9 scenarios suggest the recovery of the world economy after the Coronavirus

On 13 April, the international consulting firm McKinsey drafted a new document to help business leaders understand the emergency situation caused by the COVID-19 and its possible development and support them in taking measures to safeguard their business. Although aimed at businesses in a broad sense, the analysis made can also be applied to the tourism sector as it is inextricably linked to other sectors of the world economy.

The document explores 9 possible scenarios that could occur depending on how the pandemic will be managed, represented by 9 graphs depicting the recovery curve of the world economy. In order to outline these scenarios, the variables taken into consideration by the American society are 2:

  • The spread of the virus and public health responses, a variable divided into 3 degrees of effectiveness;
  • The knock-on effects of the virus and the responses in terms of economic policy, a variable also divided into 3 levels of effectiveness;

Source: COVID-19 Briefing materials: Global health and crisis response, McKinsey, 2020

Two scenarios are subsequently explored.

In scenario A3, where containment of the virus is assumed, the virus continues to spread in the Middle East, Europe and the United States until mid Q2, when the seasonality of the virus combined with an effective public health response significantly reduces the amount of coronavirus cases. In this scenario, the monetary and fiscal policies of Europe and the US would mitigate some of the economic damage, helping to recover by the end of Q2 2020, following the successful containment of the virus.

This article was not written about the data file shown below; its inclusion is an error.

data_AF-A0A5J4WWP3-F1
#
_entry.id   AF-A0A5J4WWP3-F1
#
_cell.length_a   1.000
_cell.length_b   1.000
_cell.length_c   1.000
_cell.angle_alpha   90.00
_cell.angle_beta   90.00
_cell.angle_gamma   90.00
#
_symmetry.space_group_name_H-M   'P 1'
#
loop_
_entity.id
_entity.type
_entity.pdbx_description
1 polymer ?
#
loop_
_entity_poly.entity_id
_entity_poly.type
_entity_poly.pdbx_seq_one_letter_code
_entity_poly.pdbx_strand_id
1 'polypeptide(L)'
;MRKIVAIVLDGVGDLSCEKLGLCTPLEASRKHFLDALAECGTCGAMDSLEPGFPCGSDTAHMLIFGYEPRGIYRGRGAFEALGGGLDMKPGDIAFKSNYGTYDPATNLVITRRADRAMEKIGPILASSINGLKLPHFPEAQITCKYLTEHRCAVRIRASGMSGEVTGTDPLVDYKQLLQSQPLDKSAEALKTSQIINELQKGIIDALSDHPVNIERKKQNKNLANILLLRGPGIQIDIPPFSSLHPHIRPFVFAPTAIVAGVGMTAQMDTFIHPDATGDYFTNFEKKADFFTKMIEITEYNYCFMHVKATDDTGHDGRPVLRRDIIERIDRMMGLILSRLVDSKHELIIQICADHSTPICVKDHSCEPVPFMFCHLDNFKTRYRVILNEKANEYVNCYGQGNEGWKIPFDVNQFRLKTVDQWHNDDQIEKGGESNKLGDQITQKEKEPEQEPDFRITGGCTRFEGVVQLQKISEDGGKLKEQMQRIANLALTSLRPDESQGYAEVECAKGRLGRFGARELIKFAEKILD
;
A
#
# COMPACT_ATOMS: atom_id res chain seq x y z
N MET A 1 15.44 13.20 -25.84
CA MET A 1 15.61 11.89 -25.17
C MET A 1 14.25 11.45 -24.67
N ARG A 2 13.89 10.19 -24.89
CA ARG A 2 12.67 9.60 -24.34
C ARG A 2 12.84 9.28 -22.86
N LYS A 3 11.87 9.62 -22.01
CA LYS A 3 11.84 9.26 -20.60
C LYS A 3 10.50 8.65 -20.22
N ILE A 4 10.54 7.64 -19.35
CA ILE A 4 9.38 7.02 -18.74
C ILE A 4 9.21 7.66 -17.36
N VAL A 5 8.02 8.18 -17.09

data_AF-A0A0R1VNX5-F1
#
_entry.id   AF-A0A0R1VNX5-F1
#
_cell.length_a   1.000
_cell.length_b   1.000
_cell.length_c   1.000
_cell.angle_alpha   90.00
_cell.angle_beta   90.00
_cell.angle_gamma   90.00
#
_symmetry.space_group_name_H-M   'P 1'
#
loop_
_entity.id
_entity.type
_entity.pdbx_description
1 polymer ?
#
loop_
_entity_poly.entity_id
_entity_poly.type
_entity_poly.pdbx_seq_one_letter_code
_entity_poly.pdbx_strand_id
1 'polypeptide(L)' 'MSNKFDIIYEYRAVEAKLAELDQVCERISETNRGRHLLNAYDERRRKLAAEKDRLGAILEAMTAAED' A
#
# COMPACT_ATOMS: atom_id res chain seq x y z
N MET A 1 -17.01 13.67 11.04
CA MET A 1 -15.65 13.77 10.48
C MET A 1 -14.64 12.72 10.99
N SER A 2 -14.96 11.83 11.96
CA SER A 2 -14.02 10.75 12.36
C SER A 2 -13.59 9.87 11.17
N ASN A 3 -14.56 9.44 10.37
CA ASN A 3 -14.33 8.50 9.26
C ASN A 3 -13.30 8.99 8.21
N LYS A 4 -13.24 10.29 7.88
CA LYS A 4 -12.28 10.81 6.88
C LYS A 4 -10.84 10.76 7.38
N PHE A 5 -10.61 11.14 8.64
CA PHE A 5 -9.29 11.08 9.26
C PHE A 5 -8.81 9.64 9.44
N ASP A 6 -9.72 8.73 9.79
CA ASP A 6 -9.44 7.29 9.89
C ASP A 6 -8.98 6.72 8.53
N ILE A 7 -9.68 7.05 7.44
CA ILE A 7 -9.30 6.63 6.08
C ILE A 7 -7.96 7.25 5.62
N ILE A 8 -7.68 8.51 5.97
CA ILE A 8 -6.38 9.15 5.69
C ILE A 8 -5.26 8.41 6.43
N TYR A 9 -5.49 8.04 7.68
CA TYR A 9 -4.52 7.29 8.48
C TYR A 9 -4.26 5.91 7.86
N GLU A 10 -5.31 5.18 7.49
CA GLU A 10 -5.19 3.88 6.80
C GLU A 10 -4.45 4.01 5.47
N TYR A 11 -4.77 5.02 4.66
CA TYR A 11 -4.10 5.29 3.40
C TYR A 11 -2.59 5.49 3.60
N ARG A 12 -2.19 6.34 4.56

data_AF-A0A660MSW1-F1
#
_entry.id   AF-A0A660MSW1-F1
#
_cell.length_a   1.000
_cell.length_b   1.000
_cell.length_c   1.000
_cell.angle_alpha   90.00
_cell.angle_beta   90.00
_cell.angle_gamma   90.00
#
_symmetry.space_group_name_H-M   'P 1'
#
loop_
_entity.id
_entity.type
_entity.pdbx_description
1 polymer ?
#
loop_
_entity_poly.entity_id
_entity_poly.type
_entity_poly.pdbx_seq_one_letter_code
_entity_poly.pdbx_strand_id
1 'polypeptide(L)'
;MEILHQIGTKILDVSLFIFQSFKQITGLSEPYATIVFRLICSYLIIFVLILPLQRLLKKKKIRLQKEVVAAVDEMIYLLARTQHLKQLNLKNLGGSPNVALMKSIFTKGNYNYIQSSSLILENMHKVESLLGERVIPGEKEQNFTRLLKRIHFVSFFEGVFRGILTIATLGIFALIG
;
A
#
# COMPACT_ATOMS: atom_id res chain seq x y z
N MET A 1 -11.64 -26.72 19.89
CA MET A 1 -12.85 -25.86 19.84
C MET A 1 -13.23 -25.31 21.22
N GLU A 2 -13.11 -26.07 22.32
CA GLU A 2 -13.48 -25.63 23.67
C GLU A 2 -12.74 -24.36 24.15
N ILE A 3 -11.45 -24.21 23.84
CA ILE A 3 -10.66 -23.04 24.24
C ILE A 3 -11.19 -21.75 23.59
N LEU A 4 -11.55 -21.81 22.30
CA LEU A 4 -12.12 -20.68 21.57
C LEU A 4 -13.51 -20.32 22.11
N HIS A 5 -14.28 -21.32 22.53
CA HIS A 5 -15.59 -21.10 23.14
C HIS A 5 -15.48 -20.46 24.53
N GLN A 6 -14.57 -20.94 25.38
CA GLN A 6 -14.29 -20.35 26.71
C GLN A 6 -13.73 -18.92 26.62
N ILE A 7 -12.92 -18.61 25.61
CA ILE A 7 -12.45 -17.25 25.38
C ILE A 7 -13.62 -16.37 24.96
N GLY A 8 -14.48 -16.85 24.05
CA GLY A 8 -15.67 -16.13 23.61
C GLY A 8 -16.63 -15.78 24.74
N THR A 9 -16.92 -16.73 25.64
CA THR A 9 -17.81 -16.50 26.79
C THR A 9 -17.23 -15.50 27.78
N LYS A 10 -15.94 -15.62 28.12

In scenario A1, where the global economic recovery is assumed to be muted, the virus spreads globally without seasonal decline, overloading the health systems of many countries, especially the poorest, with a large-scale human and economic impact. In this case, the US and Europe are expected to face an estimated decline in GDP of between 35% and 40% at an annualised rate in Q2. Economic policy would fail to prevent rising unemployment and company closures, with a consequent slower recovery even after the virus has been contained.

We at Twissen have observed that, although the travel industry is strongly affected by the current emergency situation, professionals can limit the negative fallout of the pandemic by focusing on proximity targets and communicating effectively with their customers, suppliers and employees on the security measures taken to increase perceived safety, a factor that will be increasingly critical in the travel and tourism industry.